The news took most media folk by surprise. Zee Telefilms and ETC Networks informed the Bombay Stock Exchange on Monday that they have signed a memorandum of understanding by virtue of which Zee was to buy out a major chunk of the promoters' - Yogesh Radhakrishnan, Yogesh Shah and Jagjit Singh Kohli - stake in ETC Networks. Zee reportedly paid Rs 178.40 million for 5.66 million equity shares, which represents 48.38 per cent of the issued and paid-up share capital of ETC.
The duo also announced that Zee would acquire a majority stake through a preferential allotment for which it has earmarked around Rs 7 crore. Once the transaction was complete, Zee Group would hold around 59 per cent stake in ETC, Zee Telefilms' chief executive officer (Broadcasting) Sandeep Goyal, told newsmen. In accordance with Sebi guidelines, Zee would make an open offer to all shareholders over the next three months.
Zee's move to take a stake in ETC comes at a time when cable operators and broadcasters are fighting a pitched battle over carriage of channels in the prime band and hikes in subscription charges. This is the second major announcement by Zee in recent months. Earlier, it had entered into a strategic partnership with Turner India for joint distribution of channels. ETC Networks' promoters see the latest arrangement as "a strategic investment" by Zee Telefilms.
For the record, ETC Networks runs two free-to-air satellite channels - ETC Punjabi and the ETC Music - in digital mode. The two ETC channels would join the 17-channel bouquet of Zee-Turner for distribution both within and outside the country.
The news had not quite sunk in when agencyfaqs! contacted media professionals in Delhi and Mumbai for their reactions. Mukul Kansal, vice-president, client servicing, HTA, Delhi, offered his views on what could have motivated Zee to pick up controlling stake in ETC. "Such consolidation typically happen on the issue of profitability. For the average viewer, there are about 60-70 channels available - of which he views a chosen two or three. And there are those fringe five or six channels that he may or may not watch, depending on what's on. It's like any other FMCG product. There is scope for just so many. So when the players start feeling the heat, it is an opportunity for the market leader to pick up the weaker players at a cheap price."
Not everybody thinks the move would prove to be in Zee's advantage though. Comments an agency head based in Mumbai, "When STAR bought out Vijay some time back, it made sense to me because it was the case of a very strong brand acquiring a somewhat weaker brand to get a toehold in a new market. While in my view Vijay hasn't quite lived up to the expectations yet, it did make sense as a strategic move on part of STAR at that point in time. I find this (Zee-ETC) deal quite puzzling."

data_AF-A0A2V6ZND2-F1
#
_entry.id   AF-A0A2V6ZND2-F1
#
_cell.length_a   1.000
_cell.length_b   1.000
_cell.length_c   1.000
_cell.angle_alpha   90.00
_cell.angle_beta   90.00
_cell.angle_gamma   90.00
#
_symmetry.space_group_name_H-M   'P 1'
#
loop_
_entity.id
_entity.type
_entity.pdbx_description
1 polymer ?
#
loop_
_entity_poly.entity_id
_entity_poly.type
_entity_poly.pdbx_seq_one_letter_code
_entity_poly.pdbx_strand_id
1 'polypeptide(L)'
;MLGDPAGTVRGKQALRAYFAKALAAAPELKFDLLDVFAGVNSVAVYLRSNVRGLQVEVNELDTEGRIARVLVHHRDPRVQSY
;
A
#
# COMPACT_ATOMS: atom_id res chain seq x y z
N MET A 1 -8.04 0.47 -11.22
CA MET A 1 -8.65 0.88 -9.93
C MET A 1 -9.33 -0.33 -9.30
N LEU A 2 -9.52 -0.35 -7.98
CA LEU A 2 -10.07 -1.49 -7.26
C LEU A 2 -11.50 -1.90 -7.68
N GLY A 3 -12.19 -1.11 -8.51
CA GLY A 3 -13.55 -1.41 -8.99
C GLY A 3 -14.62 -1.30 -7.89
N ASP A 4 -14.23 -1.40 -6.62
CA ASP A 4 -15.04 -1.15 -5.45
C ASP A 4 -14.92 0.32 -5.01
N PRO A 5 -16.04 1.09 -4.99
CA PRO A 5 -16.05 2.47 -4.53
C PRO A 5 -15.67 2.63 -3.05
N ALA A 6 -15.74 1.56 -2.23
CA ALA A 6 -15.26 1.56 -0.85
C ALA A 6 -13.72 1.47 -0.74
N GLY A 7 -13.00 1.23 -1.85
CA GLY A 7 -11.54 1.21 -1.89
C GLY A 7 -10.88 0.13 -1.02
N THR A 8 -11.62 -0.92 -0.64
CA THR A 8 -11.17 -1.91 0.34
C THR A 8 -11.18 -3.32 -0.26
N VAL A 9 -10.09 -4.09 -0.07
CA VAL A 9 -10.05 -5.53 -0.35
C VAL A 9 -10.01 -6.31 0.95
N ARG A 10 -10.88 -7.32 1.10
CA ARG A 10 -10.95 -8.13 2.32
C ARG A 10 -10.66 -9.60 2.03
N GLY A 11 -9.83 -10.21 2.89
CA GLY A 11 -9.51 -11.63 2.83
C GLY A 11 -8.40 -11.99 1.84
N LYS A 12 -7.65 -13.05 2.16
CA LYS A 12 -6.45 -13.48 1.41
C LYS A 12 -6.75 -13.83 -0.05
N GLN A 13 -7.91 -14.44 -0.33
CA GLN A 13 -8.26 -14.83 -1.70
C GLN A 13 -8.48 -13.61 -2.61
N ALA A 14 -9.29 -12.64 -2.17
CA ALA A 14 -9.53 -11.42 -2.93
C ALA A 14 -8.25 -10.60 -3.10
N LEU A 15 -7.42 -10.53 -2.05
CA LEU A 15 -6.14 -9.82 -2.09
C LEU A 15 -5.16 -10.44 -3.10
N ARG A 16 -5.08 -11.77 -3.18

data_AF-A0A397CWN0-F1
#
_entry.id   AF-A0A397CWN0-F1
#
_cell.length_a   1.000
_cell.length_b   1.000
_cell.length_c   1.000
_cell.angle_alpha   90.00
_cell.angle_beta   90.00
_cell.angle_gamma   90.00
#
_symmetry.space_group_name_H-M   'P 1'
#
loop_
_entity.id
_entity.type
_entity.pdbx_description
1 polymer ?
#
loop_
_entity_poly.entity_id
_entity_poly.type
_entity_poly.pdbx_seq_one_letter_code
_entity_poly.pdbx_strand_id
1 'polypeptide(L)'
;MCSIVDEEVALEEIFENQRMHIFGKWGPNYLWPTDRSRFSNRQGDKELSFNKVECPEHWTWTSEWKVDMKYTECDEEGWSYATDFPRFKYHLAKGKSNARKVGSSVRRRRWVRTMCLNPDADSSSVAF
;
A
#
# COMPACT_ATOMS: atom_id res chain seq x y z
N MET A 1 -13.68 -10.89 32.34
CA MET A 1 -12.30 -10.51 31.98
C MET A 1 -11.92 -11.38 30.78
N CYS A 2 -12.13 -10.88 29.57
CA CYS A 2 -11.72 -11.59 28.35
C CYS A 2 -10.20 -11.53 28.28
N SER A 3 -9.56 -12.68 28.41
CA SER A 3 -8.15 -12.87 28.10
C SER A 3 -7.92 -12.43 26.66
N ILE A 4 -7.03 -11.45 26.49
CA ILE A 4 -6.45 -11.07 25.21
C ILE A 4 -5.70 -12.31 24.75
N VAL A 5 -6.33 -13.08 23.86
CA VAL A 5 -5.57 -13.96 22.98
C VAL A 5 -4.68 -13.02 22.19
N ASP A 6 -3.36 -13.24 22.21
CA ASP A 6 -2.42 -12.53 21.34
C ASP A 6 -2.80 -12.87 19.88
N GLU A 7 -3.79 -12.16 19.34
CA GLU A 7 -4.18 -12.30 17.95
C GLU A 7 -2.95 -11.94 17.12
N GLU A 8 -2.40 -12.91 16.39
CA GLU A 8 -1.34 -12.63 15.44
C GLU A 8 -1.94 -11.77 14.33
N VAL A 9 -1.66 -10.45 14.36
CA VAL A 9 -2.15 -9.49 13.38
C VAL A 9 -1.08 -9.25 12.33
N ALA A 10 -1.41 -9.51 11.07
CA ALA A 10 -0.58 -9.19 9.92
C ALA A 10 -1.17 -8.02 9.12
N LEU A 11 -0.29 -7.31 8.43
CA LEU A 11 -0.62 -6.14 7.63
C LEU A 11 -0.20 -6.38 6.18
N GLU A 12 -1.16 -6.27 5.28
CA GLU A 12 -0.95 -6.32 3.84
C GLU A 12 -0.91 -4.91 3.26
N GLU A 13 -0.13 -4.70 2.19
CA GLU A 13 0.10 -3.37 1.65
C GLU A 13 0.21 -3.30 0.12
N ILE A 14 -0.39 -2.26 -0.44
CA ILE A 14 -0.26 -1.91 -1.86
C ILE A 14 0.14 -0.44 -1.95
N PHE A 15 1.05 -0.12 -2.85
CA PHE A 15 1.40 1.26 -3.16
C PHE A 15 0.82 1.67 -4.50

What is apparent however is that Zee Telefilms' buying into ETC Networks would give Zee a direct access to the Punjabi Diaspora and market leadership in the Hindi music segment. ETC has the exclusive telecast rights for beaming Gurbani live from the Golden Temple at Amritsar for 11 years and that is a major draw with audiences in Punjab and with NRI Punjabis.
"Zee is obviously looking to capitalise on the demand for Gurbani in overseas markets such as the UK, Canada and the US," observes a Mumbai-based research analyst. Indeed, if sources at Zee are to be believed, Zee's international feed would soon add Gurbani to its existing repertoire of programmes. Moreover, Zee Records would help ETC propagate the Gurbani in both audio and audiovisual media.
That apart, the strategic buy would also help Zee consolidate its cable distribution network, opines a Delhi-based marketing head of a publishing house that has interest in the cable industry. ETC's promoters have a stake in WinCable, a cable distribution network with a strong presence in Mumbai and Delhi. Sources close to the deal indicated that WinCable and Zee's cable distribution arm Siticable are already in talks to improve the visibility of each other's channels in their respective networks. No confirmation on this was available from Zee.
The fate of Zee Music and Alpha Punjabi is not clear as both lag behind the ETC channels. However, Goyal assured the media that all the brands would maintain their distinctive identities under the new dispensation. The new combine claims to command a marketshare of 58 per cent in the Punjabi segment and 46 per cent in the Hindi movie segment. © 2002 agencyfaqs!